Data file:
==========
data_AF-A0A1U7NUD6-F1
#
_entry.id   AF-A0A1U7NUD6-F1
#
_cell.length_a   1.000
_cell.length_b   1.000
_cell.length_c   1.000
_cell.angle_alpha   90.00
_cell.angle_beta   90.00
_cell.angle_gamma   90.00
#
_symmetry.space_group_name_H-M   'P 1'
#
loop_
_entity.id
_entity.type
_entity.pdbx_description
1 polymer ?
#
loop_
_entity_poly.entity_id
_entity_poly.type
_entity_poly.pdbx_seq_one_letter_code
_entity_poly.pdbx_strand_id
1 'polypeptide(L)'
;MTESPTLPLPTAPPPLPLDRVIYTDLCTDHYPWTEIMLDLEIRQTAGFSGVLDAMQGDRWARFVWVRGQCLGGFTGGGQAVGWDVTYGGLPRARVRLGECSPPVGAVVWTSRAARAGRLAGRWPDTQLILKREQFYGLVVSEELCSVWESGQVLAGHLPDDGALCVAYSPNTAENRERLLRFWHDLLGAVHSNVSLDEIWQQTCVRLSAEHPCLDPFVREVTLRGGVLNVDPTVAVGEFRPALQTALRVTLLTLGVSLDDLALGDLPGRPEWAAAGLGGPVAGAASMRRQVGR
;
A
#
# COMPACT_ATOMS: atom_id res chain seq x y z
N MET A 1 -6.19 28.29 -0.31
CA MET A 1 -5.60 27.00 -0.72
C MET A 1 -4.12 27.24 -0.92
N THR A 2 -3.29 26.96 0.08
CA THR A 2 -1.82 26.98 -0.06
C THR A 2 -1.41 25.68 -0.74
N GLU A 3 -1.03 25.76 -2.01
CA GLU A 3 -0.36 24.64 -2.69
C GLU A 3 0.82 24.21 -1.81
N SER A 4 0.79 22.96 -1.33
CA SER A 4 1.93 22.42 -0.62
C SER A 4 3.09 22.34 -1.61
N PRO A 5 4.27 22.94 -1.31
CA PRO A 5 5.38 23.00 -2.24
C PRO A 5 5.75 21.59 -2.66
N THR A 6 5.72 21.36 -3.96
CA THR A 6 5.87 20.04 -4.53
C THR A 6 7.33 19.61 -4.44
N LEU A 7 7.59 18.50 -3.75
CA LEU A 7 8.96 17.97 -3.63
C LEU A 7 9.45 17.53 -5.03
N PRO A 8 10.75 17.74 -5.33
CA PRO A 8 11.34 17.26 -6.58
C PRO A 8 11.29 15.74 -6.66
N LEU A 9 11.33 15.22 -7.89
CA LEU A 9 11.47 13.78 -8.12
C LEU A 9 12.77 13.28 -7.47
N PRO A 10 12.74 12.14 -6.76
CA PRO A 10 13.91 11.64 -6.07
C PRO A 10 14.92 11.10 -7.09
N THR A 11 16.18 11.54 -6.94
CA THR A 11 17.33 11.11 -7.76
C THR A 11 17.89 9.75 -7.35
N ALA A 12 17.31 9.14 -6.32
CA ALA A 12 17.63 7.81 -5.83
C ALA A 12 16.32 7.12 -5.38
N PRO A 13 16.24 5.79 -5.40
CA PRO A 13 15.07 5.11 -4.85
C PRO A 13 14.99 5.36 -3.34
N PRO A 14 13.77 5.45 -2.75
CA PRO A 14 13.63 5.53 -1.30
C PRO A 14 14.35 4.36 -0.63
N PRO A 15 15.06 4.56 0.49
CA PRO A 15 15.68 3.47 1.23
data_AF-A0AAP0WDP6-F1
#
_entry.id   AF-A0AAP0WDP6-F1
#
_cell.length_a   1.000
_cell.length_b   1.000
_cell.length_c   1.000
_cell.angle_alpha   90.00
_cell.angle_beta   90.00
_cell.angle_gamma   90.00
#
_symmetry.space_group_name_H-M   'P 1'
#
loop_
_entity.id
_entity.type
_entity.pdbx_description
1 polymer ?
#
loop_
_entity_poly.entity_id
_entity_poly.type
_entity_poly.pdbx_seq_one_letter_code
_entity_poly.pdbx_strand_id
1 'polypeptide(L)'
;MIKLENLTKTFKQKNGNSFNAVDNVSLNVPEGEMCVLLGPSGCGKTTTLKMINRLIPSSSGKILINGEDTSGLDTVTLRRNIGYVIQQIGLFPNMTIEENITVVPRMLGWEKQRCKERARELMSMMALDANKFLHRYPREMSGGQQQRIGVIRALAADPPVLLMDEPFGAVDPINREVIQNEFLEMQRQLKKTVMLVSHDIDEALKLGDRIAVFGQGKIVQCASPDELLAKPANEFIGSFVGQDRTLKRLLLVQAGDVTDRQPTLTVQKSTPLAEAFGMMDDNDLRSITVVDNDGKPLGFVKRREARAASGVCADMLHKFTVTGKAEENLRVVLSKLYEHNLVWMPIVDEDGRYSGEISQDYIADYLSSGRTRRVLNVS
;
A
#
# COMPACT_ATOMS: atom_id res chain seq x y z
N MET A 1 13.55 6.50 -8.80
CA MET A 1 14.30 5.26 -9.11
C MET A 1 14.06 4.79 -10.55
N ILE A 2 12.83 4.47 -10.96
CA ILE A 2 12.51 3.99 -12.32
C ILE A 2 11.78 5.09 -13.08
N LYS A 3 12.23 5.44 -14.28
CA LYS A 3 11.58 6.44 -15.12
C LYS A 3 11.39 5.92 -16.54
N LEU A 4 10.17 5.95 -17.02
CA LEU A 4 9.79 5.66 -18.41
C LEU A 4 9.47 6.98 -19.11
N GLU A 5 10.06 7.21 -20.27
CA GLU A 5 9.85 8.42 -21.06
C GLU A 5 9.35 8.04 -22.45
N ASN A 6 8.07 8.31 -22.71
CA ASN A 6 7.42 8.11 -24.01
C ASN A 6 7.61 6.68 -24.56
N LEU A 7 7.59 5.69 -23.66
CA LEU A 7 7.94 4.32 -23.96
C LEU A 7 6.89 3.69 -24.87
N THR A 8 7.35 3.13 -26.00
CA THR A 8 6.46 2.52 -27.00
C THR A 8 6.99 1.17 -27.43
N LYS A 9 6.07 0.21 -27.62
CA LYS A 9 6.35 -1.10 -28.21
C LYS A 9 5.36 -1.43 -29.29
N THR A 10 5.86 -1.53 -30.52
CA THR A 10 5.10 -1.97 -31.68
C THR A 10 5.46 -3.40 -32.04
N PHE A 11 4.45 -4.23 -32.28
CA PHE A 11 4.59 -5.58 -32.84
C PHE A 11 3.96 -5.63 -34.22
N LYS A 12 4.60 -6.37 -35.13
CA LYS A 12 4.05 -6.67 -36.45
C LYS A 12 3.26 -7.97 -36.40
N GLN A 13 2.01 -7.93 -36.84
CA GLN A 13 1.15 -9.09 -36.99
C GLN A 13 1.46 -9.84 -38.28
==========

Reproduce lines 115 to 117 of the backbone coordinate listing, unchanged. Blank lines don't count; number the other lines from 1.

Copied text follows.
CA LEU A 4 9.79 5.66 -18.41
C LEU A 4 9.47 6.98 -19.11
N GLU A 5 10.06 7.21 -20.27